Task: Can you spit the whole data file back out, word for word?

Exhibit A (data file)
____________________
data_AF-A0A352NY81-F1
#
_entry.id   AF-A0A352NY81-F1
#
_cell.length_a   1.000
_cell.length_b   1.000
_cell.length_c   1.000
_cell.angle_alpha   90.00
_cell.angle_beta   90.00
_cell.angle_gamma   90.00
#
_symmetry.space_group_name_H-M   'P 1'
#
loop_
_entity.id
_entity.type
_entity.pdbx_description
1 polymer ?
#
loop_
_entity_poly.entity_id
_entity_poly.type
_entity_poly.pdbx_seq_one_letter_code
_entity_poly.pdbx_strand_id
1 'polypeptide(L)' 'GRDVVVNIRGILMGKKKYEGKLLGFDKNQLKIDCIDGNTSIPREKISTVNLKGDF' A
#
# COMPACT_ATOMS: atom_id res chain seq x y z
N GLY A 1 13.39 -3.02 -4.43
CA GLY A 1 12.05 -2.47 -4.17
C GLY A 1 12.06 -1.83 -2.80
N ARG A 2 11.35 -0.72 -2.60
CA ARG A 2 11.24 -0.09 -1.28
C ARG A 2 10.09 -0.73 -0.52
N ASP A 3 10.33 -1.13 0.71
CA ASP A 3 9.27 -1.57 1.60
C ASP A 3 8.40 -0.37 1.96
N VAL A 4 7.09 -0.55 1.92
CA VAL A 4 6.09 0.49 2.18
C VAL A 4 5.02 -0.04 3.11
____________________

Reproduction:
data_AF-A0A352NY81-F1
#
_entry.id   AF-A0A352NY81-F1
#
_cell.length_a   1.000
_cell.length_b   1.000
_cell.length_c   1.000
_cell.angle_alpha   90.00
_cell.angle_beta   90.00
_cell.angle_gamma   90.00
#
_symmetry.space_group_name_H-M   'P 1'
#
loop_
_entity.id
_entity.type
_entity.pdbx_description
1 polymer ?
#
loop_
_entity_poly.entity_id
_entity_poly.type
_entity_poly.pdbx_seq_one_letter_code
_entity_poly.pdbx_strand_id
1 'polypeptide(L)' 'GRDVVVNIRGILMGKKKYEGKLLGFDKNQLKIDCIDGNTSIPREKISTVNLKGDF' A
#
# COMPACT_ATOMS: atom_id res chain seq x y z
N GLY A 1 13.39 -3.02 -4.43
CA GLY A 1 12.05 -2.47 -4.17
C GLY A 1 12.06 -1.83 -2.80
N ARG A 2 11.35 -0.72 -2.60
CA ARG A 2 11.24 -0.09 -1.28
C ARG A 2 10.09 -0.73 -0.52
N ASP A 3 10.33 -1.13 0.71
CA ASP A 3 9.27 -1.57 1.60
C ASP A 3 8.40 -0.37 1.96
N VAL A 4 7.09 -0.55 1.92
CA VAL A 4 6.09 0.49 2.18
C VAL A 4 5.02 -0.04 3.11